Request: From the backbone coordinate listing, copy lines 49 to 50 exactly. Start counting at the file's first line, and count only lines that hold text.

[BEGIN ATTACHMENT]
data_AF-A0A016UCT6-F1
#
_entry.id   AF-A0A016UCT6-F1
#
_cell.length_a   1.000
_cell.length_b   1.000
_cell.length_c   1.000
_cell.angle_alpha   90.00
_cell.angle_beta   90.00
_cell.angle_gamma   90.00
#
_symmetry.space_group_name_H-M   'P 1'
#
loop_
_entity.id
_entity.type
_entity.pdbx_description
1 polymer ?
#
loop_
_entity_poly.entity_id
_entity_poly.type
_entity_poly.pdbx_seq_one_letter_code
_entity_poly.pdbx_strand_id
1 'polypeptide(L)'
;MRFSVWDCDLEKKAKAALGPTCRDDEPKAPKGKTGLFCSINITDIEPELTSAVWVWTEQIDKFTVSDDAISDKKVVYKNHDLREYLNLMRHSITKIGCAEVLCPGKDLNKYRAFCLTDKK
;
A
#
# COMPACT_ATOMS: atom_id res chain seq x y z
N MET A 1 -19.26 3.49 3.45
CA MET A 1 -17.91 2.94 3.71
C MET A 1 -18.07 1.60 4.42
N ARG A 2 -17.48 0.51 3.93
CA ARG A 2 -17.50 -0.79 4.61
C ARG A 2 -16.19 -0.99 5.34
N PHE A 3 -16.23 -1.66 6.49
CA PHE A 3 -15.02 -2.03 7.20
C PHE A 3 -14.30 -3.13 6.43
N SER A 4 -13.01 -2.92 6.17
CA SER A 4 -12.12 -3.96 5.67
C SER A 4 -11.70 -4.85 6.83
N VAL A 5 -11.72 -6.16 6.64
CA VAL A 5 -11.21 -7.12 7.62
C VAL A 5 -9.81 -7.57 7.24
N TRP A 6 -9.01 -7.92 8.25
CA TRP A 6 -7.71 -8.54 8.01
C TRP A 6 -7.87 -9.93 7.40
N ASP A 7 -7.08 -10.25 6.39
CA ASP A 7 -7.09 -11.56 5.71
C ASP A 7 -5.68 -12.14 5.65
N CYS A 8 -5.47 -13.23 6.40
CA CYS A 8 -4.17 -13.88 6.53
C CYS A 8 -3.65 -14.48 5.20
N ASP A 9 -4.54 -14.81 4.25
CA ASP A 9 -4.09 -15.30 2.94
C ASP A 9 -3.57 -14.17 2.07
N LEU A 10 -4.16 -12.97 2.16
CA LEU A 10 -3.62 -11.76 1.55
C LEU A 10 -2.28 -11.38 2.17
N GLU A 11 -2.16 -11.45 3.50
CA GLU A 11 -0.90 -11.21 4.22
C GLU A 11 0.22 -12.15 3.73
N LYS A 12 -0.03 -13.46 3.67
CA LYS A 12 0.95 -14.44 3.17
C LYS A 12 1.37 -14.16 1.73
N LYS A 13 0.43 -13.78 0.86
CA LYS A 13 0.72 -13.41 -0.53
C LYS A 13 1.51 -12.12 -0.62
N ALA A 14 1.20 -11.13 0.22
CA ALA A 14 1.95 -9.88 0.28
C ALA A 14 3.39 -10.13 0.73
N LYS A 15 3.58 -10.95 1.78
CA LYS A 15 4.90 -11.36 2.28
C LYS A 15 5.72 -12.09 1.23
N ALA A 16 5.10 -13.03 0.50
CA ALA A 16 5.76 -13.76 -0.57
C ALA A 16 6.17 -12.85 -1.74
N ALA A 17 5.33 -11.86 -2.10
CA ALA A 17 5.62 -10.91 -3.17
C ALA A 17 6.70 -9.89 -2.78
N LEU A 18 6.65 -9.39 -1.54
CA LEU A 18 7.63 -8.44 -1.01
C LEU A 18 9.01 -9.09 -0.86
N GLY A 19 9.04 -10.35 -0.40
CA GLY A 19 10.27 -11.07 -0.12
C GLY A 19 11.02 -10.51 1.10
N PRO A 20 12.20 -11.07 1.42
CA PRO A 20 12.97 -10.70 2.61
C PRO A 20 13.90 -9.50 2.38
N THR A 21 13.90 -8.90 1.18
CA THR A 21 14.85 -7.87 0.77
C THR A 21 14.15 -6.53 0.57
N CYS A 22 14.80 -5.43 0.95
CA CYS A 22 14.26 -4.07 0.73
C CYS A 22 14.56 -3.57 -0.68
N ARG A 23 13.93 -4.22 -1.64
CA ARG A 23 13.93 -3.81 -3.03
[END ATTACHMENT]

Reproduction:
N ASP A 7 -7.08 -10.25 6.39
CA ASP A 7 -7.09 -11.56 5.71